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Remembering ‘Rocky Estafire,’ One Tough Syrian

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  • Remembering ‘Rocky Estafire,’ One Tough Syrian

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    By Ted Sares

    On Sept. 9, 1978, a Bayonne, New Jersey brawler who was billed as Rocky Estafire when he was first starting out, stopped slick Bobby “Boogaloo” Watts in Jersey City giving notice that he was becoming a force to be reckoned with in the middleweight division. Watts was no slouch having split a pair with Marvelous Marvin Hagler.

    ''Strictly LaMotta style,'' said Paddy Flood of his fighter who would come to be known by his real name, Mustafa Hamsho.

    In 1980, he beat undefeated Wilford Scypion and followed that up with close wins over Curtis Parker and Alan Minter in 1981 leading to his first of two title clashes with Hagler. This bloody encounter, won by Hagler on an 11th-round TKO, left both fighters needing stiches.

    “Throughout Hagler's nonstop, 11th-round barrage, Hamsho kept coming on. He didn't win a round, but he did take the battle of the stitches, 55-5,” wrote Pat Putnam in Sports Illustrated. "I don't know what his corner was waiting for…The meat from his eyes was hanging down. But I can't let that bother me. I just have to think, better him than me," said Hagler

    More from Putnam: “When Hagler had left the hospital, the doctors were still working over Hamsho, who, until his trainer, Al Braverman, jumped into the ring to stop the fight, looked as though he would run out of blood before he ran out of heart. He was badly cut under both brows: Each wound was at least two inches long and half an inch wide. There was another slice under his left eye. He didn't win a round from any of the three officials.”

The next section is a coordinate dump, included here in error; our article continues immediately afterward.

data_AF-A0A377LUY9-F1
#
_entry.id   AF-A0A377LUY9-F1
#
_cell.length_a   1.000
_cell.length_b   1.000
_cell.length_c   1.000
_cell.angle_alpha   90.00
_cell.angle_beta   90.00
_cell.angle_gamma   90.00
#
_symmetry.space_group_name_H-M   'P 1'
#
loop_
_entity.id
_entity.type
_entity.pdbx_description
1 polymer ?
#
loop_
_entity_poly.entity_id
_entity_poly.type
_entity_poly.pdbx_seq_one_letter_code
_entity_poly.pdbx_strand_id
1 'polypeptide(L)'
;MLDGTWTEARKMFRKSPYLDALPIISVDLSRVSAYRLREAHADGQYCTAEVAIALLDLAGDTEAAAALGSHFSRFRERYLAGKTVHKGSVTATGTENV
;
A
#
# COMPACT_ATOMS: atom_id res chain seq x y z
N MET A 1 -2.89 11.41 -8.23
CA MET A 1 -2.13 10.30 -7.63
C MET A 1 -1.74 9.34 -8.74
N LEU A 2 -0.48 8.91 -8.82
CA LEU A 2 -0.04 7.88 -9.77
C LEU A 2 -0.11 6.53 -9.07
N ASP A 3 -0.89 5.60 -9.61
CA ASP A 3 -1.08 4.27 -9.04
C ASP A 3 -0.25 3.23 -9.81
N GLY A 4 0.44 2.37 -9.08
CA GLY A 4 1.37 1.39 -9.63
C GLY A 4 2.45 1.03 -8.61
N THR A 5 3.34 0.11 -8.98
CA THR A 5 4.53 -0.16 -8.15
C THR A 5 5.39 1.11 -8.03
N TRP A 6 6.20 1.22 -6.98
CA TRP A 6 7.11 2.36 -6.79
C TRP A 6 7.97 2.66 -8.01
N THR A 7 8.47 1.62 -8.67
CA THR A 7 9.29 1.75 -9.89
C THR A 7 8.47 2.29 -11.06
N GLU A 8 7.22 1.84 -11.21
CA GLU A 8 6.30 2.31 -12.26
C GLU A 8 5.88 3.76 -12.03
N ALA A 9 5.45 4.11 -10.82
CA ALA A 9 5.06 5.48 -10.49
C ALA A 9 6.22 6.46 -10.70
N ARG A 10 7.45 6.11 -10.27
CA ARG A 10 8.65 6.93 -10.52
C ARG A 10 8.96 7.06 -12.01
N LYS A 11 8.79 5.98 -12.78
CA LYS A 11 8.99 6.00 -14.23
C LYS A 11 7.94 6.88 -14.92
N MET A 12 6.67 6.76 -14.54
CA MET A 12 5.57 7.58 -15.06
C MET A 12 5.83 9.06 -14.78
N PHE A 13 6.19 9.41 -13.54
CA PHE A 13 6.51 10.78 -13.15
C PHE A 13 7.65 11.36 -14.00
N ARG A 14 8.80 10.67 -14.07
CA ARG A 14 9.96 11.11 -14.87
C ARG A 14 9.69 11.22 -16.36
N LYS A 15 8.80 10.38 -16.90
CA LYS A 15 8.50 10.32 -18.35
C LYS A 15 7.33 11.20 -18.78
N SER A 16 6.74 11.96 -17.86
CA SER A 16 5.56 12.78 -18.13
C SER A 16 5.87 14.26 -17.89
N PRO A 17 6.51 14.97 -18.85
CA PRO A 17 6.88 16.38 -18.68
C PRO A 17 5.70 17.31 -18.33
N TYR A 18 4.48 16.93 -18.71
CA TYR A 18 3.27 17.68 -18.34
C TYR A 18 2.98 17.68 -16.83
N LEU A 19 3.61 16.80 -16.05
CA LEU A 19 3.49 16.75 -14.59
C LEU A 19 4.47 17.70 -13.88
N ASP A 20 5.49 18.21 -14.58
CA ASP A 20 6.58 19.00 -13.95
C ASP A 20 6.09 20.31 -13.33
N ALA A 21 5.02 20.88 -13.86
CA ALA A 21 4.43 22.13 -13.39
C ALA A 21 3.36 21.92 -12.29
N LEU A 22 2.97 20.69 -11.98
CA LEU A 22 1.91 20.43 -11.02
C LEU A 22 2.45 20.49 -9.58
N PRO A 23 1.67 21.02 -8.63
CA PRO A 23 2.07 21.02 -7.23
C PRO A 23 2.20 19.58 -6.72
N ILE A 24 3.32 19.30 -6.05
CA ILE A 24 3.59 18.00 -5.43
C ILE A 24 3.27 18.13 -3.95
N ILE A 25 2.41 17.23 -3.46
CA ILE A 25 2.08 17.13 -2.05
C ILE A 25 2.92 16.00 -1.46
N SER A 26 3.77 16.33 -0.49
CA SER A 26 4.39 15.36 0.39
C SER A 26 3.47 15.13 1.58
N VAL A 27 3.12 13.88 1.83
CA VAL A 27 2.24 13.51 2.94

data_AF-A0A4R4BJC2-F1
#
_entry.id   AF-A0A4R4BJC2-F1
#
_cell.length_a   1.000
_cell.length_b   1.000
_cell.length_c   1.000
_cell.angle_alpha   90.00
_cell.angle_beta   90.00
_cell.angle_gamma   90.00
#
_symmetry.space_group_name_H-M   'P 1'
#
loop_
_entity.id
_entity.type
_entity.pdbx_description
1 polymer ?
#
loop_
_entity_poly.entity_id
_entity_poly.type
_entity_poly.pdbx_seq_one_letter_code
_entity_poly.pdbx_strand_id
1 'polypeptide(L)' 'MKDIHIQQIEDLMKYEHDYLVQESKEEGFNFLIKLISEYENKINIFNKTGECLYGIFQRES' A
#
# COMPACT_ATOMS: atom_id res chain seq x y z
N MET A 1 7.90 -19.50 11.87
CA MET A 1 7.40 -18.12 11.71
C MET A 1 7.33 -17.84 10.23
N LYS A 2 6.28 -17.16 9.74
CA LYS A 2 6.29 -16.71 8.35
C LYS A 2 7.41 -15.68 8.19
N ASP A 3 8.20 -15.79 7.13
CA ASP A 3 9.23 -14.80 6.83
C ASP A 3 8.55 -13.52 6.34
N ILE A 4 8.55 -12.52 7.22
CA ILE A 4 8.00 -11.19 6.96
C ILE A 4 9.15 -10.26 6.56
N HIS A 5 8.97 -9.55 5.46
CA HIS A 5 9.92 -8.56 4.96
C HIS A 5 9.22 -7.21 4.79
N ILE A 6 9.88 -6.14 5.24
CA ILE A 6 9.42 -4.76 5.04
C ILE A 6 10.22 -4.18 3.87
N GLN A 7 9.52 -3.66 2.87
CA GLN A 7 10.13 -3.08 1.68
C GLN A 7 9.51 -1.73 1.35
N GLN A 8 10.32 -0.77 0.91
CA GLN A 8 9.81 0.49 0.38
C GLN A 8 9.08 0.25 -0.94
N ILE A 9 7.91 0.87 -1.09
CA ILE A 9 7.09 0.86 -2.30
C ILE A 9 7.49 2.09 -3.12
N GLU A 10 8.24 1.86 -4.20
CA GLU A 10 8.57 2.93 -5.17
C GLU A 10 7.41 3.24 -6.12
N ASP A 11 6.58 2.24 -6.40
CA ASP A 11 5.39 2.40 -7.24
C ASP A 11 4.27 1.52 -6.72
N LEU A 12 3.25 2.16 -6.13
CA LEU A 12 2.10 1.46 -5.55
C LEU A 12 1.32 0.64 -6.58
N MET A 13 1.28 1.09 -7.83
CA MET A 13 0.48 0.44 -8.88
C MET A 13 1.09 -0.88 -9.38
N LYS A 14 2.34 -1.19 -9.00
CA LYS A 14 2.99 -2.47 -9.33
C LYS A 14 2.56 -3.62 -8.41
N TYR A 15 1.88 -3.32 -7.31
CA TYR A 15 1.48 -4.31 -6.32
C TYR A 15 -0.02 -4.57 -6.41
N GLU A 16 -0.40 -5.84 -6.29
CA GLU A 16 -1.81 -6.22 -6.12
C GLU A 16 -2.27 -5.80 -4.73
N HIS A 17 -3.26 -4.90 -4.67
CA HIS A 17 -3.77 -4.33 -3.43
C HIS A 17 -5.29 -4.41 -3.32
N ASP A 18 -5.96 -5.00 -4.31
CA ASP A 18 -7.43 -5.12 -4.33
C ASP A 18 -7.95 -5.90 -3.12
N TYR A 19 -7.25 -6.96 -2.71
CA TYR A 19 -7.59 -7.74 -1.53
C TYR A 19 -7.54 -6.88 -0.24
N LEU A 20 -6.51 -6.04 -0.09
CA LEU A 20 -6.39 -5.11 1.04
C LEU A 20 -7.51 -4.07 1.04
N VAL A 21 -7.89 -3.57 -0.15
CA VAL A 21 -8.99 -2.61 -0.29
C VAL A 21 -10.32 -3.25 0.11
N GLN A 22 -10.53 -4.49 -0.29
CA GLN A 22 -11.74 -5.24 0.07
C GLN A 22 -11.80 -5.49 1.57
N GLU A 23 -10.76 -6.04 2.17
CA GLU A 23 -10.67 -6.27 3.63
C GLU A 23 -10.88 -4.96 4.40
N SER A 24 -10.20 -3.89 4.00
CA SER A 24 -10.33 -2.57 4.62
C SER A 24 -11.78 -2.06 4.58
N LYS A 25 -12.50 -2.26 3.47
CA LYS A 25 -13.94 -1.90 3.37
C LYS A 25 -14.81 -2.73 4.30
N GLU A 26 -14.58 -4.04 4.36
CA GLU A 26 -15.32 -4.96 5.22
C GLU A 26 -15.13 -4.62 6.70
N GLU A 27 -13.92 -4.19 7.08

Al Braverman, who co-managed Hamsho with the aforementioned Flood, once described the Syrian’s style as follows: “…."He's got no style. He just wades in, throwing punches from any angle." He also possessed great stamina, a granite chin and incredible courage, along with head and shoulder butts, elbows, low blows, shoves, holding, chops behind the head, and whatever he could get away with.

    The Matinee Idol

    Bobby Czyz was 20-0 when he met Hamsho at the Convention Center in Atlantic City on Nov. 20, 1982. The undefeated New Jersey lad with the somewhat strange moniker of “Matinee Idol” and the high IQ had solid wins over Danny Long, Teddy Mann, Oscar Albarado, Elisha Obed, and Robbie Sims. Against Hamsho he was stepping up in class but he was a solid opponent for the Syrian who was 34-2-2 coming in.

    If Bobby won, he would position himself for a shot at Marvelous Marvin, but Hamsho mauled and mugged the future world light heavyweight champion over ten rounds and won a convincing UD. (The rest of the Bobby Czyz story is told in “The Boxer Who Became a Bagger,” a remarkable and poignant article by sports columnist Steve Politi that first appeared in the Newark Star-Ledger.)

    Wilfred Benitez

    HIs UD victory over Wilfred Benitez (45-2-1) in 1883 was pure Hamsho featuring elbows, butts, and low blows. The third round was difficult to watch as the compact Syrian rendered a brutal beating on “El Radar,” using accurate nonstop shots coming from all directions. Between slips and knockdowns, Wilfred hit the deck four times.

    Clearly, Benitez had faded, but Hamsho hastened the process and helped point the legendary Puerto Rican in a downward direction. Wilfred looked sluggish and poorly conditioned; he was not the same Benitez who knocked out Maurice Hope in spectacular fashion or out-boxed Roberto Duran for 15 rounds. Something was wrong.